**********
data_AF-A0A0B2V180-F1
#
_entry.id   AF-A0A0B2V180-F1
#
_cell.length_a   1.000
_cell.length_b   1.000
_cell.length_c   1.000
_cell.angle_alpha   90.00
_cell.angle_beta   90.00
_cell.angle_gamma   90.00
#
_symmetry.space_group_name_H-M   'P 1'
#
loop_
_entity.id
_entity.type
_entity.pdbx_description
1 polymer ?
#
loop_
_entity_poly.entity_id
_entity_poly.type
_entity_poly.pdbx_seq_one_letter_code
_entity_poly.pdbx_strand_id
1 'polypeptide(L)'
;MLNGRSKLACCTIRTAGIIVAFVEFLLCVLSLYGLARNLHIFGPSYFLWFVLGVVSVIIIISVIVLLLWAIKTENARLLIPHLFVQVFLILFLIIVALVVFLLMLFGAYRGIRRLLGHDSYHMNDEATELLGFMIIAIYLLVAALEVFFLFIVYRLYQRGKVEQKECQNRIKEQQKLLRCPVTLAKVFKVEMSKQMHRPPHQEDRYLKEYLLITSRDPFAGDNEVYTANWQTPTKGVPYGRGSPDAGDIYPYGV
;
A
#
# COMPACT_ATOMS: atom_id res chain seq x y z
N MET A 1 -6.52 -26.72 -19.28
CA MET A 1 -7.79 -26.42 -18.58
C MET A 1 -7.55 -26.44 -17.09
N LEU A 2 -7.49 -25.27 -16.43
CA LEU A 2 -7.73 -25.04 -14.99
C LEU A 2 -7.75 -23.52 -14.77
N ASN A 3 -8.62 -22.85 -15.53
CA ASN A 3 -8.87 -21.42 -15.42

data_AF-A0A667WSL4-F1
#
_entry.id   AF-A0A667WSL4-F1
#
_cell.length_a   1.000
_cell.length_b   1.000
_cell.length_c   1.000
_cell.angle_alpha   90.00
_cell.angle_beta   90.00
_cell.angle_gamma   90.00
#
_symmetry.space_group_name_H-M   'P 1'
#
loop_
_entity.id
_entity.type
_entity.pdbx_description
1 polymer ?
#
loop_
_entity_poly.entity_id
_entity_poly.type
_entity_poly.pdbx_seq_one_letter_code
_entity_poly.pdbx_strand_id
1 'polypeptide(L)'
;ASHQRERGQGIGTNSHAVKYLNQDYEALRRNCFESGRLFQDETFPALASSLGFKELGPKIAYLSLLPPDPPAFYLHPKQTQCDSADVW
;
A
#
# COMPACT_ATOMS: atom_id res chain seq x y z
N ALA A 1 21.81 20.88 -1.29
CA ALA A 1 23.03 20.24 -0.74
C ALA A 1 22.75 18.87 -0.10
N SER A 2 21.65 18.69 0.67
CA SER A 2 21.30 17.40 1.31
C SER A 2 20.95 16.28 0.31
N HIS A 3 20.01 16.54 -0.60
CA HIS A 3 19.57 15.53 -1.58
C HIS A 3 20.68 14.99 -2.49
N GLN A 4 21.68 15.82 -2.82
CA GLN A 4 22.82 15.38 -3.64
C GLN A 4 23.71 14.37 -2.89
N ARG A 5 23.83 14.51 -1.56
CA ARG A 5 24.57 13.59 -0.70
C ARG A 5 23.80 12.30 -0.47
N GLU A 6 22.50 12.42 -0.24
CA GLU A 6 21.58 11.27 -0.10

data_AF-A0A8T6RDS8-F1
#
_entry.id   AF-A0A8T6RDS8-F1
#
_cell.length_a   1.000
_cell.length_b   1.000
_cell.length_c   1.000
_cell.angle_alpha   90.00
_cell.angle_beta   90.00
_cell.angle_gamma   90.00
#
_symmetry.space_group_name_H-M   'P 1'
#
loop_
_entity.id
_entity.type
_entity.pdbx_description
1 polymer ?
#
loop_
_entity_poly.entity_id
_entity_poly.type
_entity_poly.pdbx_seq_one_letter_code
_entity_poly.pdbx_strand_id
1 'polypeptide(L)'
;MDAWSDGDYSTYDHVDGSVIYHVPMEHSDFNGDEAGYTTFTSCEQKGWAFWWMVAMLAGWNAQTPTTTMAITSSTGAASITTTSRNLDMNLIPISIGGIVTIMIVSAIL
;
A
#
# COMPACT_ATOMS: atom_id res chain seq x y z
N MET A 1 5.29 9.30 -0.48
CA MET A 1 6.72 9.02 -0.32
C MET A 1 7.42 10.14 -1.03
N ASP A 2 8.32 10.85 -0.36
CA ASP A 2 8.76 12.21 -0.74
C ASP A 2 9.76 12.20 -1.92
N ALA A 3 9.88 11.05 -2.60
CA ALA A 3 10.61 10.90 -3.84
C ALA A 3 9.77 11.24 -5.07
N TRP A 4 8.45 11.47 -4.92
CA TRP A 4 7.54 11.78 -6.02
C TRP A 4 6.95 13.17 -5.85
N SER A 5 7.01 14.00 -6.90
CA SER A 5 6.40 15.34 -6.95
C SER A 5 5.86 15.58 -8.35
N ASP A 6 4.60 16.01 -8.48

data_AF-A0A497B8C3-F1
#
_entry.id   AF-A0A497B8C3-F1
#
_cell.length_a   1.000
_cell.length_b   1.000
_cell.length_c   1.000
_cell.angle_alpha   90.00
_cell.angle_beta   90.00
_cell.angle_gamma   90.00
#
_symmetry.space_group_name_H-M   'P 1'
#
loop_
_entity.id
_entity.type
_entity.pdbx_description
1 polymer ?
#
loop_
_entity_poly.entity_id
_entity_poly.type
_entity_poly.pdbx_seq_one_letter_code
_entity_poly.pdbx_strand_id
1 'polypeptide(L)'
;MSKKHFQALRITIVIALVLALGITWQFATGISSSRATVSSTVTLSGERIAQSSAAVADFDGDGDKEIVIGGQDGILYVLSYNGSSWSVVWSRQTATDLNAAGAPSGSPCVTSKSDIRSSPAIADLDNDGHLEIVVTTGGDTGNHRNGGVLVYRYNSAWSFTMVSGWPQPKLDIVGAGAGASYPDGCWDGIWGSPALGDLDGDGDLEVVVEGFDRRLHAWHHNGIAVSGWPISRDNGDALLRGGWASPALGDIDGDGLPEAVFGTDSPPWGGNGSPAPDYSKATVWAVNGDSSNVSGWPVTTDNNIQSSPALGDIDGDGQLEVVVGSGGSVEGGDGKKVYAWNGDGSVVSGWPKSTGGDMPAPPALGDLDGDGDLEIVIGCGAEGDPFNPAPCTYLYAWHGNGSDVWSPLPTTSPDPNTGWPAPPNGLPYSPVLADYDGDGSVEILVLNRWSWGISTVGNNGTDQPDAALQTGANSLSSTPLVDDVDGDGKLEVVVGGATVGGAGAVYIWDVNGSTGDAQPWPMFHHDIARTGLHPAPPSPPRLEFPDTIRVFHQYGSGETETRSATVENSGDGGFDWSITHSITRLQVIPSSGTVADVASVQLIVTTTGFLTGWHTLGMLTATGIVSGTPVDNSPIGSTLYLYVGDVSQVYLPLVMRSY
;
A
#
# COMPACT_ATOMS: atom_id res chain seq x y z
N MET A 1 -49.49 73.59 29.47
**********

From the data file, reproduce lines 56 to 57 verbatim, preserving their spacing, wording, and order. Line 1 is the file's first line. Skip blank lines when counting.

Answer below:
1 polymer ?
#